Friday 31st March 2017
Why does Peugeot want to buy Vauxhall and what could the deal mean for customers and employees?

The PSA Group has been looking to own Vauxhall for many years, and the deal has finally gone through. But what does this mean for Vauxhall?

Rob Hull, The MailOnline, reports:

Signed, sealed and delivered. It has been confirmed that Vauxhall will become a French-owned brand.

That deal marks the end of 92 years under American ownership for the British car badge with PSA Group, the owner of Peugeot and Citroen, securing a £1.9 billion deal to take Vauxhall - and the Opel business in Europe - out of the hands of US giant General Motors.

The deal still depends on regulators and if it passes it is expected to be concluded towards the end of this year.  But why has it happened and what does it mean for the future of Vauxhall, its employees and its customers?

PSA Group is now number two in Europe

The PSA Group, which currently oversees Peugeot and Citroen, will hand over €2.2 billion for GM's European operations, with the transaction split €1.3 billion for Opel and €0.9 billion for Vauxhall.

As a result of the takeover, the PSA Group can now call itself the second biggest automaker in Europe, leapfrogging Renault to have a 17 per cent market share in the continent. Only the VW Group has more of a stronghold in the EU.

Last year, Vauxhall and Opel sold 985,500 vehicles in Europe. The PSA Group - with the combination of Peugeot, Citroen and DS - shifted 1.4 million cars. Adding to two together takes the combined total to almost 2.5 million registrations.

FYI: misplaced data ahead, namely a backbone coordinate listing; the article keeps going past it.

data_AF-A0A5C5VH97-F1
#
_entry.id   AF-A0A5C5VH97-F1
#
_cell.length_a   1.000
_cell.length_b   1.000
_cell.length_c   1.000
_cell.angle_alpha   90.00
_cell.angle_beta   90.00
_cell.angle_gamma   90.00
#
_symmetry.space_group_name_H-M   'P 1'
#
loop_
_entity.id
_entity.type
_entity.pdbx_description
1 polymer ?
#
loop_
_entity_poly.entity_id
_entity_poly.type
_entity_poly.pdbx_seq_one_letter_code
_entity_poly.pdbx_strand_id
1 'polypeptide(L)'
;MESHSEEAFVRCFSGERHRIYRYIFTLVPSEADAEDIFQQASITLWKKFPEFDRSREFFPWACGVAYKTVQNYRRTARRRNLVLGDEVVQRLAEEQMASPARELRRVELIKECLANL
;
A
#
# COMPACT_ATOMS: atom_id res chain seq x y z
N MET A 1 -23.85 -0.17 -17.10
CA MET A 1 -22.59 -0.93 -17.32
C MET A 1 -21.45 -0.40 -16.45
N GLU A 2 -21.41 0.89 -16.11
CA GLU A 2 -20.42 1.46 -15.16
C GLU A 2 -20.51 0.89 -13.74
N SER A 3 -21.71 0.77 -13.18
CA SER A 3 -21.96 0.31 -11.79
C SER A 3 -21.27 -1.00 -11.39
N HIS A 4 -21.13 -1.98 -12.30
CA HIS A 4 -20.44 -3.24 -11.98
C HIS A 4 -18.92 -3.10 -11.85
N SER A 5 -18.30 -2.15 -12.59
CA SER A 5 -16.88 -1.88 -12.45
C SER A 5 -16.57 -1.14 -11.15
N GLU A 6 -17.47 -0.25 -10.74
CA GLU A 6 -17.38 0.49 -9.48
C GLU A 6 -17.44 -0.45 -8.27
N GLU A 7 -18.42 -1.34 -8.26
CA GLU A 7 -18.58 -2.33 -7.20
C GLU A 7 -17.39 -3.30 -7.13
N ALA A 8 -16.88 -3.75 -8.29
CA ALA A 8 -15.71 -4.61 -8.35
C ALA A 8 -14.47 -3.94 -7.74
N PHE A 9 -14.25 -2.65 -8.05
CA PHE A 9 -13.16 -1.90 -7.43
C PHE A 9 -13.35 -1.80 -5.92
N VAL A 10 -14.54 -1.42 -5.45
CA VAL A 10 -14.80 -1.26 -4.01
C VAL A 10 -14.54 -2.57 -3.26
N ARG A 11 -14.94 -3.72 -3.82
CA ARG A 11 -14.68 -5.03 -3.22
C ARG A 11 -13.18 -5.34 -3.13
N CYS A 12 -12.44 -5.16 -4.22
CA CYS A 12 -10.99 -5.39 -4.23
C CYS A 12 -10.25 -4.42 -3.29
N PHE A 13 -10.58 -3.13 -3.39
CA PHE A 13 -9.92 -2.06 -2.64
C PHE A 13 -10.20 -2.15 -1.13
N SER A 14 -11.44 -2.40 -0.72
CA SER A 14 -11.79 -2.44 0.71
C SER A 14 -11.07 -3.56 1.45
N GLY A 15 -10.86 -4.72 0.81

That might be a whole 1.1 million behind the heavyweight Volkswagen business, but it eclipses French rival Renault which sold 1.5 million motors combined with its Dacia enterprise in 2016.

Costs will be cut for the French automaker

The buyout will mark a significant change for Vauxhall products you can buy on the market in the future.

While the familiar names, like the Corsa, Astra and Insignia, will most likely be retained, expect to see them switch over to PSA platforms. 

That means the Corsa could soon have a similar engine range to the Citroen C3, the Astra might drive like a DS 4, and the Insignia will feel akin to the Peugeot 508.

Volkswagen has proved how successful this shared-parts and platform formula is. 

While models like the VW Golf, Seat Leon, Audi A3 and Skoda Octavia ultimately use the same mechanical parts, the group positions the brands differently in the market space and offers each marque with a unique identity. 

Low manufacturing costs and big revenues is the result.

PSA will want to do the same, and buying General Motors' European network is its best way to do that.

That's because the French auto firm knows the scale and quality of the operations it is buying.

It had already previously worked with General Motors on current SUV models built for the European market (the Peugeot 2008-based Vauxhall Crossland X and the Peugeot 3008-based Vauxhall Grandland X), so they may well have already identified manufacturing strategies and best protocol for sharing components across a five-brand auto business.

The transaction includes all of Opel-Vauxhall’s six assembly and five component-manufacturing facilities, one engineering center (in Rüsselsheim, Deutschland) and approximately 40,000 employees.

UK jobs are uncertain

What all this means for the UK manufacturing plants in Ellesmere Port and Luton is still unknown.

We expect to have updates on this as PSA announces plans in the coming months, though PSA - especially under current chief executive Carlos Tavares - has previous form for being ruthless when it comes to employee cuts.

The French firm closed its last British factory - the Peugeot plant in Ryton, Warwickshire - in 2006 with the loss of more than 2,000 jobs.

It has also axed 15,559 jobs in its automotive division between 2013 and 2015 – with many of the losses coming under the tenure of Tavares, 58.